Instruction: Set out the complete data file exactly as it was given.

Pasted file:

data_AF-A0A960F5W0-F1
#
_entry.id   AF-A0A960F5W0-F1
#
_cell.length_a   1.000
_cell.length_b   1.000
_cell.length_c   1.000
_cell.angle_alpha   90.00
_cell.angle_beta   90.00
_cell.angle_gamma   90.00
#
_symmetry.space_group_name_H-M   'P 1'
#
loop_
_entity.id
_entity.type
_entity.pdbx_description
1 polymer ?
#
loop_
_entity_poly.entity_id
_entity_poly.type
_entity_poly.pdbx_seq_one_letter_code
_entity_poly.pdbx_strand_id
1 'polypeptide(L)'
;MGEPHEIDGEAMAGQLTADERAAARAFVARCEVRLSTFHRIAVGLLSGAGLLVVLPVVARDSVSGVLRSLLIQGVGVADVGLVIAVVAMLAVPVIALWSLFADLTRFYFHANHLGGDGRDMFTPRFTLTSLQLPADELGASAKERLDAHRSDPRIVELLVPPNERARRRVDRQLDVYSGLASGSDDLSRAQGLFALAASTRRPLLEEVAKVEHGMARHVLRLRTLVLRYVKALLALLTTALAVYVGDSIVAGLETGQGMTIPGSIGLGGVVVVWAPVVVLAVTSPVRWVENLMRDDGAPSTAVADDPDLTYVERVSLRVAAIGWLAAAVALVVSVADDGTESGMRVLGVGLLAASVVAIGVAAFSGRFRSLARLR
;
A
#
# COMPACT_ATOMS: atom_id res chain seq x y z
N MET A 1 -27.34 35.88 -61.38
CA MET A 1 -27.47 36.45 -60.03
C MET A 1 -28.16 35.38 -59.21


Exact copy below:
data_AF-A0A960F5W0-F1
#
_entry.id   AF-A0A960F5W0-F1
#
_cell.length_a   1.000
_cell.length_b   1.000
_cell.length_c   1.000
_cell.angle_alpha   90.00
_cell.angle_beta   90.00
_cell.angle_gamma   90.00
#
_symmetry.space_group_name_H-M   'P 1'
#
loop_
_entity.id
_entity.type
_entity.pdbx_description
1 polymer ?
#
loop_
_entity_poly.entity_id
_entity_poly.type
_entity_poly.pdbx_seq_one_letter_code
_entity_poly.pdbx_strand_id
1 'polypeptide(L)'
;MGEPHEIDGEAMAGQLTADERAAARAFVARCEVRLSTFHRIAVGLLSGAGLLVVLPVVARDSVSGVLRSLLIQGVGVADVGLVIAVVAMLAVPVIALWSLFADLTRFYFHANHLGGDGRDMFTPRFTLTSLQLPADELGASAKERLDAHRSDPRIVELLVPPNERARRRVDRQLDVYSGLASGSDDLSRAQGLFALAASTRRPLLEEVAKVEHGMARHVLRLRTLVLRYVKALLALLTTALAVYVGDSIVAGLETGQGMTIPGSIGLGGVVVVWAPVVVLAVTSPVRWVENLMRDDGAPSTAVADDPDLTYVERVSLRVAAIGWLAAAVALVVSVADDGTESGMRVLGVGLLAASVVAIGVAAFSGRFRSLARLR
;
A
#
# COMPACT_ATOMS: atom_id res chain seq x y z
N MET A 1 -27.34 35.88 -61.38
CA MET A 1 -27.47 36.45 -60.03
C MET A 1 -28.16 35.38 -59.21